France Burqa Stance Elicits Al Qaeda Threat

08/01/2009 05:12 am ET | Updated May 25, 2011

Following an imbroglio in France in late June when President Nicolas Sarkozy declared the burqa to be unwelcome and against French values, al Qaeda is threatening retaliation. According to CNN, the extremist group has listed threats on extremist Islamic websites that include:

"We will not tolerate such provocations and injustices, and we will take our revenge from France ... by every means and wherever we can reach them ... Our Muslim brothers in France in particular and in Europe in general are increasingly troubled by the practices of the French politicians and their leaders, and their constant harassments of our people regarding the burqa issue"

The statement was signed by one Abu Musab Abdul Wadud who claims to be the "commander of al Qaeda in North Africa [Islamic Maghreb]." CNN notes that it is unable to authenticate the statement.

Al Qaeda in the Islamic Maghreb (AQIM) was originally a militant Islamist movement against Algeria's secular government in the early 90s. It has since spread its geographic and political influence. According to the Council on Foreign Relations:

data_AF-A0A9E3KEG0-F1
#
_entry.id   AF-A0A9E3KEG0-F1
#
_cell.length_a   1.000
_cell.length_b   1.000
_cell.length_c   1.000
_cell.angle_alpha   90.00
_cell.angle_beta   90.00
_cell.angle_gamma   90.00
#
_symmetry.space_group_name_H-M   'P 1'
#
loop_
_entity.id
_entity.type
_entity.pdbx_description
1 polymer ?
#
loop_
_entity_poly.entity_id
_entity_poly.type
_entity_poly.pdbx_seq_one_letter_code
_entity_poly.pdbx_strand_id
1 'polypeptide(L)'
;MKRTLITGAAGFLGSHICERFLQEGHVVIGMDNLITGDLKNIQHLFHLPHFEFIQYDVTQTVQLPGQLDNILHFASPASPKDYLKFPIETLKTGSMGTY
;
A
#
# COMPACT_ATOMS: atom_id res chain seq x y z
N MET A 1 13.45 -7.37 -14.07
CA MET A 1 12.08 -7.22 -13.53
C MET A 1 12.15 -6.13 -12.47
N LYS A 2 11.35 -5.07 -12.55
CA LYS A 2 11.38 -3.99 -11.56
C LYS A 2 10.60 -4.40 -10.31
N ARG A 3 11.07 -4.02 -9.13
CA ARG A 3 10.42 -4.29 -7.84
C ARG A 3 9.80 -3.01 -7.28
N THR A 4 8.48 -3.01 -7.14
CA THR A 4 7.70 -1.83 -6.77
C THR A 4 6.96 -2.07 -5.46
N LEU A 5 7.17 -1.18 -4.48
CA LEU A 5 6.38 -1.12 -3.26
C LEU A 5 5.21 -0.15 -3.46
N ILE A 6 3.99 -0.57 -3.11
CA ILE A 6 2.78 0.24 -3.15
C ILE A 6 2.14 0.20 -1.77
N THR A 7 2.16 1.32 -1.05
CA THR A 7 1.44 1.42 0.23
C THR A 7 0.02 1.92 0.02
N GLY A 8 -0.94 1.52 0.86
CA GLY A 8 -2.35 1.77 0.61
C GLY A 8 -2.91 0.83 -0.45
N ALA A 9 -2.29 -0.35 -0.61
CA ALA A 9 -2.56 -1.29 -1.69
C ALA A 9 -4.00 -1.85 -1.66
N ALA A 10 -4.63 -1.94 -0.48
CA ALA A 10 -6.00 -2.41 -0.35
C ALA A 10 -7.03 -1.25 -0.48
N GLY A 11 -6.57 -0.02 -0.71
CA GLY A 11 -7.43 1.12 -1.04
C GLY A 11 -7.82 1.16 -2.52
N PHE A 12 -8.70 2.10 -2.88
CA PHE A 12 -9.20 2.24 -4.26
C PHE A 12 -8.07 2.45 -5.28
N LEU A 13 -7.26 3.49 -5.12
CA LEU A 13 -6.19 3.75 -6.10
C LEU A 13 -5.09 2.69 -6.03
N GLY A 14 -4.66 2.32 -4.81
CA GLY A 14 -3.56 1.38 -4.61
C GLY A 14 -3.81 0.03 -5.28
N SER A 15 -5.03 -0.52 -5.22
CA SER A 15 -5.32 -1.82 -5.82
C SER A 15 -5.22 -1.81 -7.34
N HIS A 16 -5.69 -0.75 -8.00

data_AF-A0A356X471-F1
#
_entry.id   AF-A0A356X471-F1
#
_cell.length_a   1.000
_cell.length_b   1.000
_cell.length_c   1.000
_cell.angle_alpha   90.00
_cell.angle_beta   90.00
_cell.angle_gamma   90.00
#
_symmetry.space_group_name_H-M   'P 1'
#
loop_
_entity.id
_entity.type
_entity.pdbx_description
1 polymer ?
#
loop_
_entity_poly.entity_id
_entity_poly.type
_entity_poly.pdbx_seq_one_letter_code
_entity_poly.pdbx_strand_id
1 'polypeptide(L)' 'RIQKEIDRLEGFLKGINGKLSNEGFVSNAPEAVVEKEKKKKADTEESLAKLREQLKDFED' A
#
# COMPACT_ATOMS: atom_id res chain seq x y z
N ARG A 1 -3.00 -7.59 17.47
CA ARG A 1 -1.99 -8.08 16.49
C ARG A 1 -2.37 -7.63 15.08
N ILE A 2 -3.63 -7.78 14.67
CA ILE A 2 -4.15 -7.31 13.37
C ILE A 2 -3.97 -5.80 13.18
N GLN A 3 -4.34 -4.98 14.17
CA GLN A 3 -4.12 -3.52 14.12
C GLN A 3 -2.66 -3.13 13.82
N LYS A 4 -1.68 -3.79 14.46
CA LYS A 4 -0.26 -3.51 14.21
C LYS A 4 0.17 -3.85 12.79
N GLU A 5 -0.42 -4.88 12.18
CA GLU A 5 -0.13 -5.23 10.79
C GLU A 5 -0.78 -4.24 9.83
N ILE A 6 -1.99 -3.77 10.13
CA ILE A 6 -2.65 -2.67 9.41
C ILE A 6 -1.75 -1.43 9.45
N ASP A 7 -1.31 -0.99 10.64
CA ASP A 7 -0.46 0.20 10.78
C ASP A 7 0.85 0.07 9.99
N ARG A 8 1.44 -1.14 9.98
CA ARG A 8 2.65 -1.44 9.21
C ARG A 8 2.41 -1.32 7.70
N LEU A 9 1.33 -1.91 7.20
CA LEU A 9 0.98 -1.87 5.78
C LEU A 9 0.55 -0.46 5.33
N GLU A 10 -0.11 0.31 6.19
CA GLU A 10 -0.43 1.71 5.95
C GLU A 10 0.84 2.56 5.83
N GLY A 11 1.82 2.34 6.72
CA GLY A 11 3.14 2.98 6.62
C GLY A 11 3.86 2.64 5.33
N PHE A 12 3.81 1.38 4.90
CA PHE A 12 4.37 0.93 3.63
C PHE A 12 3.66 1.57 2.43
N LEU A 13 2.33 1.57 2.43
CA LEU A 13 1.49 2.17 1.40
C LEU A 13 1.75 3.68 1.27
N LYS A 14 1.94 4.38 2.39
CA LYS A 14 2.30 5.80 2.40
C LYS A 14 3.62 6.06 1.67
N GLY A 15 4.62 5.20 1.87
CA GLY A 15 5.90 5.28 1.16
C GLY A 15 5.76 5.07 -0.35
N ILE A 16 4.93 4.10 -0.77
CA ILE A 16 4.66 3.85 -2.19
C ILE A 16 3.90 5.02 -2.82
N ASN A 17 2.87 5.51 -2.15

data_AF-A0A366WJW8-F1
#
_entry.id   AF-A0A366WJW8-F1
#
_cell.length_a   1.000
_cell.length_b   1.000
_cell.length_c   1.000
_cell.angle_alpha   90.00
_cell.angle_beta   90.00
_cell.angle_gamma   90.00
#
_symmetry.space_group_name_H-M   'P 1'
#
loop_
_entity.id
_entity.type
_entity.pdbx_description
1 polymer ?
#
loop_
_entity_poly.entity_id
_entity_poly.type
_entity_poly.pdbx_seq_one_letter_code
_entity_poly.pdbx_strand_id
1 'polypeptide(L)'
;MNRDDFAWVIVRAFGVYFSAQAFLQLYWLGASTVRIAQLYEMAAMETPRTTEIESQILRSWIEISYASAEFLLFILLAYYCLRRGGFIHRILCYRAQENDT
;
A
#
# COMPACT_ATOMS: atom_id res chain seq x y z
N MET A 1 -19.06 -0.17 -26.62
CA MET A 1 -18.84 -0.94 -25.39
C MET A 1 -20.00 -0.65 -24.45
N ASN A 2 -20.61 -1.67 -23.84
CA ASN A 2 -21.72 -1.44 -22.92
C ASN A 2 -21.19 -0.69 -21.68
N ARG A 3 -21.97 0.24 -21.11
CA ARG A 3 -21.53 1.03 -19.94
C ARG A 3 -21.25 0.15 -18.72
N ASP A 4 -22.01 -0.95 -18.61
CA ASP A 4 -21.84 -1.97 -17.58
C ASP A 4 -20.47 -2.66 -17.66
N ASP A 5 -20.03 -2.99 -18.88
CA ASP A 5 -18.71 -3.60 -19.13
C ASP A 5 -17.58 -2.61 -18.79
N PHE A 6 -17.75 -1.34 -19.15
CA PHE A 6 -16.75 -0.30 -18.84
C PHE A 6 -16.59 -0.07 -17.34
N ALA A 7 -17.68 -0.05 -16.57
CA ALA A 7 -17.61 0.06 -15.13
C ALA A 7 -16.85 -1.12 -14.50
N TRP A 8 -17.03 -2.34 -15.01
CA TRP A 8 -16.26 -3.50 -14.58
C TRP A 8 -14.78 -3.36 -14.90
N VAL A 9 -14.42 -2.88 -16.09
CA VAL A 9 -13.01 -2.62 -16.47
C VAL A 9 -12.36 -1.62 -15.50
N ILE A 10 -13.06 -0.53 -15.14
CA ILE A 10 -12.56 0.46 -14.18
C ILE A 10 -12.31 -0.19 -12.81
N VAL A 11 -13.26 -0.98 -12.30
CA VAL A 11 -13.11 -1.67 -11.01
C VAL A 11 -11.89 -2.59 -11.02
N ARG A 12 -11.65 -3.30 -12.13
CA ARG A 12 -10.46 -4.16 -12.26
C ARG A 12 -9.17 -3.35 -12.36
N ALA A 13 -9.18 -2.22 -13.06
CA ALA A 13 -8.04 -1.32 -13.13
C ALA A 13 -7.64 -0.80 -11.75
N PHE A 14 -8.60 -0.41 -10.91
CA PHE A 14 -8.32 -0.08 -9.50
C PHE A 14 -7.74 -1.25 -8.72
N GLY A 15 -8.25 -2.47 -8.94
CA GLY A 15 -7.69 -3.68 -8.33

Terrorist activity in North Africa has been reinvigorated in the last few years by a local Algerian Islamist group turned pan-Maghreb jihadi organization: al-Qaeda in the Islamic Maghreb (AQIM). A Sunni group that previously called itself the Salafist Group for Preaching and Combat (GSPC), the organization has taken responsibility for a number of terrorist attacks in the region, declared its intention to attack Western targets, and sent a squad of jihadis to Iraq. Experts believe these actions suggest widening ambitions within the group's leadership, now pursuing a more global, sophisticated, and better-financed direction. Long categorized as part of a strictly domestic insurgency against Algeria's military government, AQIM claims to be the local franchise operation for al-Qaeda, a worrying development for a region that has been relatively peaceful since the bloody Algerian civil war of the 1990s drew to a close. European officials are taking AQIM's international threats seriously and are worried about the growing number of Europe-based cells, states this Europol Report (PDF).

CFR's full bio is here.

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